Employees who are micromanaged end up feeling frustrated, demoralized, and demotivated. It can slow productivity, cause high turnover, and in the end, cost your company money. While some managers are aware of their style of management, most micromanagers don’t even know they’re doing it. PrideStaff Financial offers some clear indicators that you might be a micromanager and why you should stop managing your employees this way.
Ask yourself these questions:
· Do you feel you are never satisfied with deliverables of your employees or team?
· Do you become frustrated because you would have done a task or objective differently?
· Are you focused so much on the details that you enjoy making corrections of others work?
· Do you schedule meetings either daily or weekly for constant updates?
· Do you demand to be cc’d on every email communication?
· Are you not allowing your team to creatively come up with solutions, as you see yourself as the problem solver?
If you answered yes to any of the above, you are a micromanager.
Micromanaging may get you short-term results or solutions, but in time, it negatively impacts your team, the company, and yourself. It can dilute your own productivity and cause you to run out of capacity to get managerial tasks done because you are so focused on doing everyone else’s job. It ends up becoming an issue of trust, and will eventually be noticed by those you manage. You may hinder your team’s development and demoralize them, thereby creating an organizational vulnerability when your team isn’t used to functioning without your presence and heavy involvement. It also creates a domino effect by which employees you manage leave the company for greener, more trusting pastures.
Make a change, and start small.
All it takes is being able to recognize that this is your style of managing or leading others. Once you’ve done that, then you can take steps to make subtle changes to your style. Start by letting go of the minutia. While tough to do, the key is to do it a little at a time. Start by looking at your list and determine what low hanging fruit you can completely pass on to a team member. Engage in discussions with your team about what level of detail you will engage in and where they will need to pull you in. Also highlight the priorities for you, and make sure that is where you are spending most of your energy. You can also take steps to allow others to come to results their way. There’s a difference between communicating an expectation and dictating how to get to that result. Your job as a manager is to clearly set the conditions of satisfaction for any task you assign. Articulate what you envision the final outcome to look like, but don’t give a play-by-play of instructions on how to get there. Allow your team to see that you trust them to get the job done, no matter how it gets done.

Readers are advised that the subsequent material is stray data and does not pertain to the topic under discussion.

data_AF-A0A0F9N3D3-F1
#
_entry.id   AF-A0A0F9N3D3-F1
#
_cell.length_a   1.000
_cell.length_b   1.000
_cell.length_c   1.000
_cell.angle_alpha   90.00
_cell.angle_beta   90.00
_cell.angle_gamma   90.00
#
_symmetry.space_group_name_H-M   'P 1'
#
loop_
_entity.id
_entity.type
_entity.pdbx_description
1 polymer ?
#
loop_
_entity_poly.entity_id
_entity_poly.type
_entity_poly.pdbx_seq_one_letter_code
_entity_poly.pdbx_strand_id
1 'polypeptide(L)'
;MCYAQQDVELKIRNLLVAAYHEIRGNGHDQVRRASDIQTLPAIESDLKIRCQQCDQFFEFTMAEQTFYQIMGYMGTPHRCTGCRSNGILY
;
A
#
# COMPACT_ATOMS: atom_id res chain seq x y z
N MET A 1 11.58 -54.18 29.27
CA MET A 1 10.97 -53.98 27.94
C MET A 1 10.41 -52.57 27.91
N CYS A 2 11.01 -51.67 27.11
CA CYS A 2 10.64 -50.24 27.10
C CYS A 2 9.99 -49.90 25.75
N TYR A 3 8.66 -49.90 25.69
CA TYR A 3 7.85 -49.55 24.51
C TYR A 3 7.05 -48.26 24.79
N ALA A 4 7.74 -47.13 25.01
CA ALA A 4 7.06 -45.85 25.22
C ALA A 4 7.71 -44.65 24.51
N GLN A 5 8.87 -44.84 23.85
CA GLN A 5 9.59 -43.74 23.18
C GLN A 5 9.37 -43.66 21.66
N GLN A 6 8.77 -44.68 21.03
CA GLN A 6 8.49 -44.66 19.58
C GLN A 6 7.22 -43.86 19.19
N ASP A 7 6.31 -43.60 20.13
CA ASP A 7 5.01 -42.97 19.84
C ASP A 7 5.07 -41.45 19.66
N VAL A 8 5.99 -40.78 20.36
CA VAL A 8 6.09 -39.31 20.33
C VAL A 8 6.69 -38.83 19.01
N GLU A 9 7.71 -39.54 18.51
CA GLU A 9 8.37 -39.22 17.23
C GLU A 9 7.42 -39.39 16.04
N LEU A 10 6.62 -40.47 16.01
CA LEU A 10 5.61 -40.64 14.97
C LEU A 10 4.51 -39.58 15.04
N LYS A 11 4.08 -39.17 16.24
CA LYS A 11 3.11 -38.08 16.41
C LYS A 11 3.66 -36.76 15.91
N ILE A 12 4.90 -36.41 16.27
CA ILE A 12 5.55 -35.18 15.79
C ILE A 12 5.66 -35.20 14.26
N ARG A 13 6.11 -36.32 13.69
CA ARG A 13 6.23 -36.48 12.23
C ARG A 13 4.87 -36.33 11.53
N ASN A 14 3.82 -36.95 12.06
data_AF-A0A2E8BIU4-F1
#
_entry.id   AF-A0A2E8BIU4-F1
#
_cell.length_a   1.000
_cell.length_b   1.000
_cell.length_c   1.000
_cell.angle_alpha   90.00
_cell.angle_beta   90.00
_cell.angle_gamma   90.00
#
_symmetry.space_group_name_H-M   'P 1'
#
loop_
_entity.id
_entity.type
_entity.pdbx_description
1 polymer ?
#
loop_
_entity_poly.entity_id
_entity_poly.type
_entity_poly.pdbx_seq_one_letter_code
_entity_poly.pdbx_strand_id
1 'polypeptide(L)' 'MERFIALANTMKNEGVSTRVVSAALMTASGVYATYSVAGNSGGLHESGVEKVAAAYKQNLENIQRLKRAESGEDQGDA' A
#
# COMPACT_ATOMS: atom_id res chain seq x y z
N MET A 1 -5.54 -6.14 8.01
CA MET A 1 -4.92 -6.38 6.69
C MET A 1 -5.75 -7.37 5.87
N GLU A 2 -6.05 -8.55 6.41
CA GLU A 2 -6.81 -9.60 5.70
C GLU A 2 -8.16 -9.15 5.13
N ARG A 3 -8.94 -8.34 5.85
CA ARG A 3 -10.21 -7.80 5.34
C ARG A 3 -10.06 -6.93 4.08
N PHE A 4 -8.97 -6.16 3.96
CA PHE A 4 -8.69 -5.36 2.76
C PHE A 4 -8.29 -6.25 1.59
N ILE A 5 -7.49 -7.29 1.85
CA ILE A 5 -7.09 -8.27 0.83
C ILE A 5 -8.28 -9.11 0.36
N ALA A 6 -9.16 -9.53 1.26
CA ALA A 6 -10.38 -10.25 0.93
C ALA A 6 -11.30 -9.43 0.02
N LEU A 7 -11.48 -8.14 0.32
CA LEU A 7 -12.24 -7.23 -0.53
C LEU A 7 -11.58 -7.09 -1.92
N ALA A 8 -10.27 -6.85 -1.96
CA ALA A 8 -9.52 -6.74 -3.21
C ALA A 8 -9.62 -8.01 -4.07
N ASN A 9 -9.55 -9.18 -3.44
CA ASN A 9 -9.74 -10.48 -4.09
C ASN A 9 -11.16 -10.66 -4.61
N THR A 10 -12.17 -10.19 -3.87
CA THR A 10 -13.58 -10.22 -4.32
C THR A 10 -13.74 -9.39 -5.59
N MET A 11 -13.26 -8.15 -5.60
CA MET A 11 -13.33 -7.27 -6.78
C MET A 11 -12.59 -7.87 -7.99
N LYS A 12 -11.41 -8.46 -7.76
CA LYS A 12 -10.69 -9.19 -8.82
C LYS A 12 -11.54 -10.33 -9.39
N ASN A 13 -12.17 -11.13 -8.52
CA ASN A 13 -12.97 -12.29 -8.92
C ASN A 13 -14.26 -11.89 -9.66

Micromanaging is not always a bad trait to have, especially with short-term and tight deadlines, but as a long-term leader and manager, you need to be comfortable wearing different hats, and give your team the ability to grow on their own. You’d be surprised at how much productivity increases when a team feels they have the trust and support of their bosses. You once had a boss that gave you some creative freedoms, allowed you to grow, and explore paths of getting results your own way; look how well it worked out!
PrideStaff Financial is one of the nation’s leading recruiting firms. Our trusted and experienced consultants can give you the support you need as your company grows and expands. Contact our financial consultants today and find out how we can help you.